Lagos needs State legislation against human trafficking – KAHTHRAF President

In News 2019-07-30 14:17:41
Lagos needs State legislation against human trafficking – KAHTHRAF President
Lagos needs State legislation against human trafficking – KAHTHRAF President

By Dipo Omoware


President, Kick Against Human Trafficking & Human Right Abuse Foundation (KAHTHRAF), Barrister Ojay Akinwale has posited that Africa’s most populated city needs to move against human trafficking because it is rampant in the state.


Speaking on Nigeria Info’s Morning Crossfire with show hosts Wemimo Adewuni and Sheriff Quadri, Barrister Akinwale highlighted the different forms of trafficking and the plight of some victims.


"We have different forms of trafficking; we have internally trafficked people,” said Akinwale, “and we (also) have internationally trafficked people.


“Internally trafficked people are those that end up to be your house girl, some domestics slaves.”


Barrister Akinwale said more needs to be done in Lagos state because “most of those internally trafficked are here in Lagos.”


He added that “some of them if you investigate properly are not Nigerians.” He said many were kidnapped from their homes and are now being exploited.


“Lagos state, just like we have in Edo state, should have (a) state legislation.  We have most of those people internally trafficked here in Lagos.”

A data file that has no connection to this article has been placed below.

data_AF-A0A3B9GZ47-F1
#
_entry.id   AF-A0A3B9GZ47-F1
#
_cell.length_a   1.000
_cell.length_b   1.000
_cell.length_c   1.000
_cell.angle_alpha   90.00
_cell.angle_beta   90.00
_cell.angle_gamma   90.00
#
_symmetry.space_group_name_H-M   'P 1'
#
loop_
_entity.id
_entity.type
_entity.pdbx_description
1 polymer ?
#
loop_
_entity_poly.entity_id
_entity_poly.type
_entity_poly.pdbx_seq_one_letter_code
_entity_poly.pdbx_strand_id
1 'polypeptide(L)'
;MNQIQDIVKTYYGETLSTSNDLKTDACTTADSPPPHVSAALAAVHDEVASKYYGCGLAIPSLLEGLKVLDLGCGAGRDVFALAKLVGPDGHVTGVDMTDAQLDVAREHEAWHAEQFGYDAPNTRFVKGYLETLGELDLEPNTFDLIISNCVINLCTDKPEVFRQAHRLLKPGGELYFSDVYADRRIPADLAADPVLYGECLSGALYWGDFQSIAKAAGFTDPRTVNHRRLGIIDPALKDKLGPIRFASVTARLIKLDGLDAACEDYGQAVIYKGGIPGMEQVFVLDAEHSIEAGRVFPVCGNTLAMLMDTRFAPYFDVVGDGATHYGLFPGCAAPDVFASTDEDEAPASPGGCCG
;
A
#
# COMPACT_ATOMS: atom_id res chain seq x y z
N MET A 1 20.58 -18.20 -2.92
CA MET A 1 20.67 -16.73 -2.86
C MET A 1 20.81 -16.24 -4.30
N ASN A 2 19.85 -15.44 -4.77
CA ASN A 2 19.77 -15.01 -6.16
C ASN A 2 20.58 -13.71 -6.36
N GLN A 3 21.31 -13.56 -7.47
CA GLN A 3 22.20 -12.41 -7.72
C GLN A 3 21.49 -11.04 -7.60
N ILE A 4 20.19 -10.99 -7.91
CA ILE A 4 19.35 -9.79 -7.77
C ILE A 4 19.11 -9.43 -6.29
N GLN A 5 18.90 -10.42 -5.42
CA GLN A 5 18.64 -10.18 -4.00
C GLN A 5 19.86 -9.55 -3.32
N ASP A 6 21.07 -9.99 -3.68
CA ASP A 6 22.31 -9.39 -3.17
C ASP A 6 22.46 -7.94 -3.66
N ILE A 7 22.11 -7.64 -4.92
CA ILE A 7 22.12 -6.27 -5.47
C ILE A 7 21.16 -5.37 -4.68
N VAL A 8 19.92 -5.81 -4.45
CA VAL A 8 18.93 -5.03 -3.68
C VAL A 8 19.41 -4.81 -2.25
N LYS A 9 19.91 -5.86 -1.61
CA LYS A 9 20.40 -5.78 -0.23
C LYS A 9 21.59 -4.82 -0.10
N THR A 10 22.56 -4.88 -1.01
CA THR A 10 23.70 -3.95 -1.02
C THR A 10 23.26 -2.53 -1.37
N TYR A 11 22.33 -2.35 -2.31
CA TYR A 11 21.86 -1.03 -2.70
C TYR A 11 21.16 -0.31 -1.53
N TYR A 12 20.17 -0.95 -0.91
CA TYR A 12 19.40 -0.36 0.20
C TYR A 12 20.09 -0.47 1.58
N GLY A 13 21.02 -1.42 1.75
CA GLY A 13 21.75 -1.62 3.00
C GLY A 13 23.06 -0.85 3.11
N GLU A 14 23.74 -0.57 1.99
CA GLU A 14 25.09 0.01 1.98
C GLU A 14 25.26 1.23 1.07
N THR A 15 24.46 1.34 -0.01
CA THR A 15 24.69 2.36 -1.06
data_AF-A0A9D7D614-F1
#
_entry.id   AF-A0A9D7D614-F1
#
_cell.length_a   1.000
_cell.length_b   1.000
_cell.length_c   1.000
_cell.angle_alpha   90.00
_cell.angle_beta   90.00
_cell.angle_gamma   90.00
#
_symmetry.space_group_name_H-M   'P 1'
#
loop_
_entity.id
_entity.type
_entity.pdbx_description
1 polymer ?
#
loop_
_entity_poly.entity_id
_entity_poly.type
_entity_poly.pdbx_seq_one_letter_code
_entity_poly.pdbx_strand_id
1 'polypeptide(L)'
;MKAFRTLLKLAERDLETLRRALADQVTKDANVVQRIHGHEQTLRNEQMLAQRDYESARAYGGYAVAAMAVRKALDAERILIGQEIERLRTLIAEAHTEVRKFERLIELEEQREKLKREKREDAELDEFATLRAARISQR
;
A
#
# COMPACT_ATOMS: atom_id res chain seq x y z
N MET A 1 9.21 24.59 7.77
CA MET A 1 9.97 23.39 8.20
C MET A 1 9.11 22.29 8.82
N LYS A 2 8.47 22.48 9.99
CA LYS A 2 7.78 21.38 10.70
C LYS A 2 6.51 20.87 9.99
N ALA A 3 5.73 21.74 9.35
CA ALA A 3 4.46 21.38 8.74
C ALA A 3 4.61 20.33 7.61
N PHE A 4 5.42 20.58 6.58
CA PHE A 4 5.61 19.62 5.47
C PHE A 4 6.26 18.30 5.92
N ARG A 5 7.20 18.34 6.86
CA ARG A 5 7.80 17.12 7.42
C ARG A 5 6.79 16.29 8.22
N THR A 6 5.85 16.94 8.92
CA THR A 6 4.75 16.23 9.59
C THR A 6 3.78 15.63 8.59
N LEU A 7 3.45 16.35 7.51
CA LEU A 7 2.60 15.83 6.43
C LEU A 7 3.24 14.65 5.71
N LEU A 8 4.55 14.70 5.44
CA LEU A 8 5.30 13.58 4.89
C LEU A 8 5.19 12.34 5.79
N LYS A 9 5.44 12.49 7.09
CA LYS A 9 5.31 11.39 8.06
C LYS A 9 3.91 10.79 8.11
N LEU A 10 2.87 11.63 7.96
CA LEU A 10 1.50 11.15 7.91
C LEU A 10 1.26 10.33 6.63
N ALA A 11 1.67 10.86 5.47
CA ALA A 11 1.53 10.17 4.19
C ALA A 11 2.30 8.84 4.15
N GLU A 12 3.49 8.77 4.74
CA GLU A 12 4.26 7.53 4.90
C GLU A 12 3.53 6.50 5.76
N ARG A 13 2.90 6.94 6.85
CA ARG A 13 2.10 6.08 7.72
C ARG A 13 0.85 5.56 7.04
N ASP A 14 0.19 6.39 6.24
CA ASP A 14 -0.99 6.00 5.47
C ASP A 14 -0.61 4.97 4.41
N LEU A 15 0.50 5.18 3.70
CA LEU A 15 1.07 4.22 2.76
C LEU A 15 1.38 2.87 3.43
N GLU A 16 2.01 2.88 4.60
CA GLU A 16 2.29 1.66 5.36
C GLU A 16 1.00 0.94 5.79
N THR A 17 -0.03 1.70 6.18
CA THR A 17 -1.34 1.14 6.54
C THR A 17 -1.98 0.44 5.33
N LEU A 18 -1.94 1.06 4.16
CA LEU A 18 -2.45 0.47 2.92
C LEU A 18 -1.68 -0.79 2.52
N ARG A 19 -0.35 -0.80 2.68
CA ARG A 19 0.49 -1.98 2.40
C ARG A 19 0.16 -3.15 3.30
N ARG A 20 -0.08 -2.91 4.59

Barrister Akinwale said a new dimension of international trafficking that ended with victims becoming involuntary organ donors or lab rats for terror organisations was also on the rise.


“We find another dimension which is in organ harvesting, where people are being trafficked especially those who are sportsmen.”


“They will run extensive medical checks and those ones you know as an athlete, a footballer or basketballer, you have to go through this (but) you don’t know what they are doing is matching your organs and you’re a donor.”


He added that these organs harvesting was carried out in crude ways without anaesthetic.


Barrister Akinwale called on the National Agency for the Prohibition of Trafficking in Persons (NATIP) to have offices in countries where these issues are common. This according to him would help to NATIP “take the battle where it is”.  He also called on the government to support this effort and possibly create “these offices to be under the supervision of our foreign embassies” in those countries.